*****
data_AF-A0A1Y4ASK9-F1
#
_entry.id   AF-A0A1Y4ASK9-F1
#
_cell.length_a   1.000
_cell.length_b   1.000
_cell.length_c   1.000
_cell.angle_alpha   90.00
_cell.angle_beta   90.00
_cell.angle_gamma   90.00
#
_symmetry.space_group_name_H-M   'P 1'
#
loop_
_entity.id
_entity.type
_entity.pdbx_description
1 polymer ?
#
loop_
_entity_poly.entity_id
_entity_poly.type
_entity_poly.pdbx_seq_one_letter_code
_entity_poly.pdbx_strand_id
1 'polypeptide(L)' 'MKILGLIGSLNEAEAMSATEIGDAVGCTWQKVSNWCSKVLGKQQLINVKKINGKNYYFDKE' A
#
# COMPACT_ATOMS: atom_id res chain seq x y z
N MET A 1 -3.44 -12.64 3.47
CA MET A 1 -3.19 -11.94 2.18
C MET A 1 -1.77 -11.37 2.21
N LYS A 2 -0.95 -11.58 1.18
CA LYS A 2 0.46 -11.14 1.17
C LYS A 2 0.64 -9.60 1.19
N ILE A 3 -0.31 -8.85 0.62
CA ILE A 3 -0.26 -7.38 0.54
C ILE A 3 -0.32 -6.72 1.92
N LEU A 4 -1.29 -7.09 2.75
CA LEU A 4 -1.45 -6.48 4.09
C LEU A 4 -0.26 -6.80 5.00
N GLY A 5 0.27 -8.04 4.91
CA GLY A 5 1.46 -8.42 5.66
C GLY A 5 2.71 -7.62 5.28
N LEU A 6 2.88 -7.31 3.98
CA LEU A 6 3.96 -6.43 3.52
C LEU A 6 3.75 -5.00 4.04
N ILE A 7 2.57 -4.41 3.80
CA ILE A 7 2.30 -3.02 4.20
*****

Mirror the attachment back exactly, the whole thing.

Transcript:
data_AF-A0A1Y4ASK9-F1
#
_entry.id   AF-A0A1Y4ASK9-F1
#
_cell.length_a   1.000
_cell.length_b   1.000
_cell.length_c   1.000
_cell.angle_alpha   90.00
_cell.angle_beta   90.00
_cell.angle_gamma   90.00
#
_symmetry.space_group_name_H-M   'P 1'
#
loop_
_entity.id
_entity.type
_entity.pdbx_description
1 polymer ?
#
loop_
_entity_poly.entity_id
_entity_poly.type
_entity_poly.pdbx_seq_one_letter_code
_entity_poly.pdbx_strand_id
1 'polypeptide(L)' 'MKILGLIGSLNEAEAMSATEIGDAVGCTWQKVSNWCSKVLGKQQLINVKKINGKNYYFDKE' A
#
# COMPACT_ATOMS: atom_id res chain seq x y z
N MET A 1 -3.44 -12.64 3.47
CA MET A 1 -3.19 -11.94 2.18
C MET A 1 -1.77 -11.37 2.21
N LYS A 2 -0.95 -11.58 1.18
CA LYS A 2 0.46 -11.14 1.17
C LYS A 2 0.64 -9.60 1.19
N ILE A 3 -0.31 -8.85 0.62
CA ILE A 3 -0.26 -7.38 0.54
C ILE A 3 -0.32 -6.72 1.92
N LEU A 4 -1.29 -7.09 2.75
CA LEU A 4 -1.45 -6.48 4.09
C LEU A 4 -0.26 -6.80 5.00
N GLY A 5 0.27 -8.04 4.91
CA GLY A 5 1.46 -8.42 5.66
C GLY A 5 2.71 -7.62 5.28
N LEU A 6 2.88 -7.31 3.98
CA LEU A 6 3.96 -6.43 3.52
C LEU A 6 3.75 -5.00 4.04
N ILE A 7 2.57 -4.41 3.80
CA ILE A 7 2.30 -3.02 4.20